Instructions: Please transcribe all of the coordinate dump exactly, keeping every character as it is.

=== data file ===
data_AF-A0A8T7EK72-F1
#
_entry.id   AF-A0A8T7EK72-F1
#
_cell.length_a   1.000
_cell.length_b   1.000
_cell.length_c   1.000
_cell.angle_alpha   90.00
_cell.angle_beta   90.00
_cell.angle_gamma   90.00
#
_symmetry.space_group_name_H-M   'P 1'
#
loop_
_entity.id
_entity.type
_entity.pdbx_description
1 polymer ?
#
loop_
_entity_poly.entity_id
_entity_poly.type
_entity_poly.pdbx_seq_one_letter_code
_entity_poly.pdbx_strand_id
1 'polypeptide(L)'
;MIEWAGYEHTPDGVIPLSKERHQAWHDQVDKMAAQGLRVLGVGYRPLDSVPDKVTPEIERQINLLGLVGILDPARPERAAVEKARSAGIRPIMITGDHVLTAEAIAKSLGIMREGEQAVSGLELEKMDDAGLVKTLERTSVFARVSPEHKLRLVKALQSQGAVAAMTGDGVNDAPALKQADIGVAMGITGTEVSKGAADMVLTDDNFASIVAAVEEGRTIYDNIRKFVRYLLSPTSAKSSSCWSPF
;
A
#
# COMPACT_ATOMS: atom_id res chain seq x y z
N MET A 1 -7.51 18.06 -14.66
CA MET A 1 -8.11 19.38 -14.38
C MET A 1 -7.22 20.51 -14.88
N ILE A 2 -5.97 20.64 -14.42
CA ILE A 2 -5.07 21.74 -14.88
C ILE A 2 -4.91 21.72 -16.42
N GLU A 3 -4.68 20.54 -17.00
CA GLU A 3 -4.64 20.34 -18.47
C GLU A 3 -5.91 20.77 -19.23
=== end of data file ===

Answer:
data_AF-A0A8T7EK72-F1
#
_entry.id   AF-A0A8T7EK72-F1
#
_cell.length_a   1.000
_cell.length_b   1.000
_cell.length_c   1.000
_cell.angle_alpha   90.00
_cell.angle_beta   90.00
_cell.angle_gamma   90.00
#
_symmetry.space_group_name_H-M   'P 1'
#
loop_
_entity.id
_entity.type
_entity.pdbx_description
1 polymer ?
#
loop_
_entity_poly.entity_id
_entity_poly.type
_entity_poly.pdbx_seq_one_letter_code
_entity_poly.pdbx_strand_id
1 'polypeptide(L)'
;MIEWAGYEHTPDGVIPLSKERHQAWHDQVDKMAAQGLRVLGVGYRPLDSVPDKVTPEIERQINLLGLVGILDPARPERAAVEKARSAGIRPIMITGDHVLTAEAIAKSLGIMREGEQAVSGLELEKMDDAGLVKTLERTSVFARVSPEHKLRLVKALQSQGAVAAMTGDGVNDAPALKQADIGVAMGITGTEVSKGAADMVLTDDNFASIVAAVEEGRTIYDNIRKFVRYLLSPTSAKSSSCWSPF
;
A
#
# COMPACT_ATOMS: atom_id res chain seq x y z
N MET A 1 -7.51 18.06 -14.66
CA MET A 1 -8.11 19.38 -14.38
C MET A 1 -7.22 20.51 -14.88
N ILE A 2 -5.97 20.64 -14.42
CA ILE A 2 -5.07 21.74 -14.88
C ILE A 2 -4.91 21.72 -16.42
N GLU A 3 -4.68 20.54 -17.00
CA GLU A 3 -4.64 20.34 -18.47
C GLU A 3 -5.91 20.77 -19.23